- USD eased slightly overnight against most major currencies. US September industrial production lifted by 0.3% after the hurricane‑effected 0.7% decrease in August. The data is in line with our views the hurricane will have only temporary effects on the US national economy. The upcoming US data highlights are housing starts and building permits (11.30pm Sydney) and the Fed’s Beige book (5.00am tomorrow Sydney). The Fed’s Dudley and Kaplan discuss economic developments (11pm Sydney).
- The Senate has not yet put their 2018 budget resolution to a vote, though that may happen sometime later this week. Renegade Republican senator John McCain, who helped stop changes to health care reform earlier in the year, said he supports the Senate budget resolution. The White House Budget Director, Mick Mulvaney, warned that not passing a budget resolution this week would likely result in tax legislation being delayed until next year. An expansionary US budget that includes large cuts to corporate income taxes is the main upside risk to our bearish USD view.
- According to Reuters, President Trump is likely to announce the new Federal Reserve chair before he leaves for his trip to Asia on 3 November. The USD has been supported somewhat in recent days by speculation the academic economist John Taylor is the front‑runner for the Fed chair. John Taylor is famous in academic circles for his “Taylor rule” of monetary policy. In current circumstances, his rule would suggest the Funds rate should be around 3% compared to the current rate of 1.00‑1.25%.
- AUD/USD rebounded slightly overnight. Yesterday’s RBA minutes show it is comfortable with developments in the domestic economy. But the minutes also imply that a rate rise remains some way off. Iron ore futures eased in the Asian session. But high and rising LNG prices is a support for AUD. LNG production will approach iron ore production in coming years. This means that LNG prices will challenge iron ore prices as an influence on AUD. China’s Communist Party National Congress starts today and extends into next week.
- US import prices rose 0.7% in September (forecast +0.5%) with export prices up 0.8% (forecast +0.4%). Industrial production rose 0.3% in September (forecast +0.2%). The National Association of Home Builders index rose from 64 to 68 in October (forecast 64). The Federal Budget moved from a US$108bn deficit to a US$6bn surplus in September.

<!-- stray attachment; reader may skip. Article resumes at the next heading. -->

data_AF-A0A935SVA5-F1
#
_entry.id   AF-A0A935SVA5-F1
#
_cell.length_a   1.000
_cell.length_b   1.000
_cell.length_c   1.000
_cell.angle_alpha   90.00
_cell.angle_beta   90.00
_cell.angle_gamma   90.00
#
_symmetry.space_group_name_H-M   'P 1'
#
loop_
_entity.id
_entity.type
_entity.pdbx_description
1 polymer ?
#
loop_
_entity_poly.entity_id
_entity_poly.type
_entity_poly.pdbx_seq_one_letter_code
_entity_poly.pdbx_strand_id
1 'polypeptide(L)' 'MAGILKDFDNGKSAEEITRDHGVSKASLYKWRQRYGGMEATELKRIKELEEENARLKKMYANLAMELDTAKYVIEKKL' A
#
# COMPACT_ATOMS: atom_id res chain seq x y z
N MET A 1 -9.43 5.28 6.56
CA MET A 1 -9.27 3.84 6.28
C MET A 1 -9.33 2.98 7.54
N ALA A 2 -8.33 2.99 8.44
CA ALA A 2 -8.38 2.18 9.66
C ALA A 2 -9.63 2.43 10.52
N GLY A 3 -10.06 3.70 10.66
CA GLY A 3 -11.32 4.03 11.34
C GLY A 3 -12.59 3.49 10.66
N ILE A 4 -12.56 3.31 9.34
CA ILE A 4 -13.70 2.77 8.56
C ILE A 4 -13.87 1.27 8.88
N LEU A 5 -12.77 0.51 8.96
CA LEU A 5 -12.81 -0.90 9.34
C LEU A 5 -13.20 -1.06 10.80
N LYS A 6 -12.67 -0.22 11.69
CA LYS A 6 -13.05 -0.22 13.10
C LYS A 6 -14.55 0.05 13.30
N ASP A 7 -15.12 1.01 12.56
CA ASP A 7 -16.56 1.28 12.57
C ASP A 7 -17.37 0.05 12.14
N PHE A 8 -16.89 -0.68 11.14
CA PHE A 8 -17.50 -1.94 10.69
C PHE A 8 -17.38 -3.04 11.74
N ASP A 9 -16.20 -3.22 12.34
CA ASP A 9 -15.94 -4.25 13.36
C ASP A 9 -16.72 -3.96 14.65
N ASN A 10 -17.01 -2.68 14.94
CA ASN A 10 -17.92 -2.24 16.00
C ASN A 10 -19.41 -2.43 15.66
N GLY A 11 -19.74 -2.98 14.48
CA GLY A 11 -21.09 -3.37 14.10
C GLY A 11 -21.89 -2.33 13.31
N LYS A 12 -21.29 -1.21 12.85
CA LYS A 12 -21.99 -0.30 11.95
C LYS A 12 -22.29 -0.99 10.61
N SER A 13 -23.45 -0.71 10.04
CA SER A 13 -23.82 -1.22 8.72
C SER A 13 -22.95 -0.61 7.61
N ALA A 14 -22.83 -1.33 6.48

Global Equity Markets:
- European share markets were generally softer on Tuesday. The STOXX 600 index fell by 0.3% from 4‑month highs with weaker commodity prices weighing on the resources sector. But shares in education firm Pearson rose by 7.3% after predicting that full‑year profit would fall into the top half of its forecast range. The German Dax and the UK FTSE both eased by 0.1%. The Spanish IBEX bucked the trend, up by 0.4%. In London trade, shares in both Rio Tinto and BHP fell by 0.2%.
- US share markets ended mixed on Tuesday. Investors responded to mixed corporate earnings results from Goldman Sachs, Morgan Stanley, UnitedHealth and Johnson & Johnson. The Dow Jones rose above 23,000 points for the first time in history during the session and finished trade higher by 40 points or 0.2% to 22,997 points. The S&P 500 rose by 0.1% and the Nasdaq eased by less than 1 point.
- Global oil prices ended flat on Tuesday, reversing earlier gains. Investors weighed up expectations of higher US oil production and exports with concerns about stability in the Middle East. Investors are concerned that fighting between Iraqi and Kurdish forecasts could serve to crimp oil exports from the region. Investors await weekly US inventory data. Brent crude rose by US6 cents or 0.1% to US$57.88 a barrel. US Nymex rose by US1 cent to US$51.88 per barrel.
- Base metal prices fell by up to 3.7% on the London Metals Exchange on Tuesday with zinc down the most. But aluminium bucked the trend, up by 0.2%. The gold futures price fell by US$16.80 or 1.3% to $1,286.20. The spot gold price was around US$1,286 an ounce in late US trade. Iron ore fell by US70 cents or 1.1% to US$61.70 a tonne.
- In Australia, no major economic data is scheduled. BHP releases quarterly production data.
- In China, the National People’s Congress begins.
- In the US, data on housing starts is released with weekly mortgage finance data.
Indicative Rates (Bank to Sell):
|AUD / USD
||AUD / CAD
||USD / JPY
|AUD / JPY
||AUD / THB
||GBP / USD
|AUD / EUR
||AUD / HKD
||NZD / USD
|AUD / GBP
||AUD / SGD
||NZD / EUR
|AUD / NZD
||AUD / FJD
||AUD / CNY
|AUD / CHF
||AUD / PGK
|AUD / DKK
||EUR / USD
|AUD / SEK
||EUR / GBP
||Oil WTC $/b
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